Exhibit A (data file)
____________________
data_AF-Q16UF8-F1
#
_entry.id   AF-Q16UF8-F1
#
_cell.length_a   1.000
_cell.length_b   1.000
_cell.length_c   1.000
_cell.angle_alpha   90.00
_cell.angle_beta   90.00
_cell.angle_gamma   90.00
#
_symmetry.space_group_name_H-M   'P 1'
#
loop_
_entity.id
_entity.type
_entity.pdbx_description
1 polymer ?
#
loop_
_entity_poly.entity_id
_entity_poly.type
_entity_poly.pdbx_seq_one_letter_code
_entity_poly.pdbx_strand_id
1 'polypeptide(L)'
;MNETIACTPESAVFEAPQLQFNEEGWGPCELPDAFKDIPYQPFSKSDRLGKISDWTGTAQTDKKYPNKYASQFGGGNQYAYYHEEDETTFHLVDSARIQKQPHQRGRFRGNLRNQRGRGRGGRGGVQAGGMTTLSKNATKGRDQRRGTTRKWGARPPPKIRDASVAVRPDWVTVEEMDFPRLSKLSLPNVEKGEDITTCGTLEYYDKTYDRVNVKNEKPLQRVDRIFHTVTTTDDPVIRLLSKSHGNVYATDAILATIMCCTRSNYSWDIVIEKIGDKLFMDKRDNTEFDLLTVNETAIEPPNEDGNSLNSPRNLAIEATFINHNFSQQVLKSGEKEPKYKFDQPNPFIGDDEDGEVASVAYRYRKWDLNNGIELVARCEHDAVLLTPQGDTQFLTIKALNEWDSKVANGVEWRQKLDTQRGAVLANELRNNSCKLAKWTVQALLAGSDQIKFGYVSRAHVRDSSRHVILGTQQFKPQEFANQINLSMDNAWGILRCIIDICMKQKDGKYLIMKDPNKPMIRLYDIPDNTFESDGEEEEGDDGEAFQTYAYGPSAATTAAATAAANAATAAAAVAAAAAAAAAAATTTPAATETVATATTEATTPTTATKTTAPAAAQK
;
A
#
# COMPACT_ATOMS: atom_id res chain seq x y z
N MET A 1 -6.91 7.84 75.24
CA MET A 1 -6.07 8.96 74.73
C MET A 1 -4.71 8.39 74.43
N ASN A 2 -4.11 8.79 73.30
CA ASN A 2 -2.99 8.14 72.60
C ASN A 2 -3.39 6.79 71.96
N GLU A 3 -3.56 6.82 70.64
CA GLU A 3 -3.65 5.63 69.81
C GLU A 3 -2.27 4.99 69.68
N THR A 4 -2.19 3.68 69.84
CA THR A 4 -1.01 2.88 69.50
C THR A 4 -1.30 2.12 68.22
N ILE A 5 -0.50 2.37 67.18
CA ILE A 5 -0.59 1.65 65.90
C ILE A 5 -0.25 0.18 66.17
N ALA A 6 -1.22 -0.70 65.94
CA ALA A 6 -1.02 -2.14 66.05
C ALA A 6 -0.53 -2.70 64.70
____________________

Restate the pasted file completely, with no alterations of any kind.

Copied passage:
data_AF-Q16UF8-F1
#
_entry.id   AF-Q16UF8-F1
#
_cell.length_a   1.000
_cell.length_b   1.000
_cell.length_c   1.000
_cell.angle_alpha   90.00
_cell.angle_beta   90.00
_cell.angle_gamma   90.00
#
_symmetry.space_group_name_H-M   'P 1'
#
loop_
_entity.id
_entity.type
_entity.pdbx_description
1 polymer ?
#
loop_
_entity_poly.entity_id
_entity_poly.type
_entity_poly.pdbx_seq_one_letter_code
_entity_poly.pdbx_strand_id
1 'polypeptide(L)'
;MNETIACTPESAVFEAPQLQFNEEGWGPCELPDAFKDIPYQPFSKSDRLGKISDWTGTAQTDKKYPNKYASQFGGGNQYAYYHEEDETTFHLVDSARIQKQPHQRGRFRGNLRNQRGRGRGGRGGVQAGGMTTLSKNATKGRDQRRGTTRKWGARPPPKIRDASVAVRPDWVTVEEMDFPRLSKLSLPNVEKGEDITTCGTLEYYDKTYDRVNVKNEKPLQRVDRIFHTVTTTDDPVIRLLSKSHGNVYATDAILATIMCCTRSNYSWDIVIEKIGDKLFMDKRDNTEFDLLTVNETAIEPPNEDGNSLNSPRNLAIEATFINHNFSQQVLKSGEKEPKYKFDQPNPFIGDDEDGEVASVAYRYRKWDLNNGIELVARCEHDAVLLTPQGDTQFLTIKALNEWDSKVANGVEWRQKLDTQRGAVLANELRNNSCKLAKWTVQALLAGSDQIKFGYVSRAHVRDSSRHVILGTQQFKPQEFANQINLSMDNAWGILRCIIDICMKQKDGKYLIMKDPNKPMIRLYDIPDNTFESDGEEEEGDDGEAFQTYAYGPSAATTAAATAAANAATAAAAVAAAAAAAAAAATTTPAATETVATATTEATTPTTATKTTAPAAAQK
;
A
#
# COMPACT_ATOMS: atom_id res chain seq x y z
N MET A 1 -6.91 7.84 75.24
CA MET A 1 -6.07 8.96 74.73
C MET A 1 -4.71 8.39 74.43
N ASN A 2 -4.11 8.79 73.30
CA ASN A 2 -2.99 8.14 72.60
C ASN A 2 -3.39 6.79 71.96
N GLU A 3 -3.56 6.82 70.64
CA GLU A 3 -3.65 5.63 69.81
C GLU A 3 -2.27 4.99 69.68
N THR A 4 -2.19 3.68 69.84
CA THR A 4 -1.01 2.88 69.50
C THR A 4 -1.30 2.12 68.22
N ILE A 5 -0.50 2.37 67.18
CA ILE A 5 -0.59 1.65 65.90
C ILE A 5 -0.25 0.18 66.17
N ALA A 6 -1.22 -0.70 65.94
CA ALA A 6 -1.02 -2.14 66.05
C ALA A 6 -0.53 -2.70 64.70